1. Jurisdiction of the appeal from a proceeding under Code Ann. 92A-609 (c) is determined by Code Ann. 92A-602 (Motor Vehicle Safety Responsibility Act), rather than by Code Ann. 92A-423.
2. The Civil and Criminal Court of Clayton County does not have concurrent jurisdiction with the superior court, of appeals under Code Ann. 92A-6O2.
Col. R. H. Burson, in his official capacity as Director of the Georgia Department of Public Safety, suspended the driver's license, registration certificate and plate of Ellie B. Bishop pursuant to the provisions of the Motor Vehicle Safety Responsibility Act (Code Ann. 92A-609 (c), Ga. L. 1951, pp. 565, 573; 1956, pp. 543, 559; 1958, pp. 694, 695). From the director's decision, Bishop filed a notice of appeal to the Civil and Criminal Court of Clayton County, purportedly based upon the provisions of Code Ann. 92A-423 and 92A-424 (Ga. L. 1937, pp. 322, 349; 1943, pp. 196, 201; 1951, pp. 598, 605). The case was tried before said court, which rendered a judgment reversing the director's decision and ordering the return of Bishop's license, the effective date of which was to be such time as he furnished to the Department of Public Safety proof of liability insurance covering his automobile for a period of one year. The director filed a motion to set aside said judgment on the ground of the court's lack of jurisdiction of the subject matter. The director appeals from the judgment of the Civil and Criminal Court of Clayton County overruling his motion to set aside the judgment.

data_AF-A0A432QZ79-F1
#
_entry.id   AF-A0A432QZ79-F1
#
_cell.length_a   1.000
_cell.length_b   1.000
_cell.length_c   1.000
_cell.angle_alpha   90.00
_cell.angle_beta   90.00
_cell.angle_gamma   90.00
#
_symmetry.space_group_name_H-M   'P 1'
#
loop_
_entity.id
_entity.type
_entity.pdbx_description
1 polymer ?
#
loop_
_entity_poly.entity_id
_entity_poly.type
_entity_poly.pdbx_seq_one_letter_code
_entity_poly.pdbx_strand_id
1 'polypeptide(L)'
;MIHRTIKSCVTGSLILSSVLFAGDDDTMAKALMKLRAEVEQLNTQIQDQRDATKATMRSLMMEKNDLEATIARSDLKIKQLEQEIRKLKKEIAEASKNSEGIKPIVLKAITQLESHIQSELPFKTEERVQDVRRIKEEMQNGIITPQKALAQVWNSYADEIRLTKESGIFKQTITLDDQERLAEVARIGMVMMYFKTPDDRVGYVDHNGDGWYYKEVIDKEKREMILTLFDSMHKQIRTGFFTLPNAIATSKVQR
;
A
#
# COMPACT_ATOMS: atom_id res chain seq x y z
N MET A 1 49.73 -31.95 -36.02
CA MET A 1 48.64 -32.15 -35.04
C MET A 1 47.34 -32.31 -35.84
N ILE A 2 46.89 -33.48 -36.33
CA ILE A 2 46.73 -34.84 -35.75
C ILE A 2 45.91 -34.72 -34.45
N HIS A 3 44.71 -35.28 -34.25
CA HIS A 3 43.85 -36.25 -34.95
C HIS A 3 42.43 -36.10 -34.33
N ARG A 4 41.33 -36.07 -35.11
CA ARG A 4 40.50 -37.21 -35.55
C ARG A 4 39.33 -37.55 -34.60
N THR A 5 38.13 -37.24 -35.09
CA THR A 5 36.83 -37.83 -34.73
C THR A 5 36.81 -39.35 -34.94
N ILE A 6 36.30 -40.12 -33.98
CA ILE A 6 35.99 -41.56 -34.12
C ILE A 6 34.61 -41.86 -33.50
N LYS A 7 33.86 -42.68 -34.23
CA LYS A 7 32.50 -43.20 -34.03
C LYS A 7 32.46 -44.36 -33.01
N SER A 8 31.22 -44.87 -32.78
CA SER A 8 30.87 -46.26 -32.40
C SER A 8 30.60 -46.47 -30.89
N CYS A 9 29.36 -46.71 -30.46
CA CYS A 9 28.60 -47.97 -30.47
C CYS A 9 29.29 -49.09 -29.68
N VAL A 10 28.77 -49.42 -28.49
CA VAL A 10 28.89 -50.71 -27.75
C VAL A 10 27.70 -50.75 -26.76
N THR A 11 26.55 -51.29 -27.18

1. The jurisdictional provisions of Code Ann. 92A-423, supra, apply solely to appeals from refusals, suspensions, revocations and cancellation of licenses for the various causes specified ia Code Ann. Ch. 92A-4, which chapter has different objectives from those of Ch. 92A-6, under which the present proceeding was brought. See Murphy v. Dominy, 211 Ga. 70
, 73 (84 SE2d 193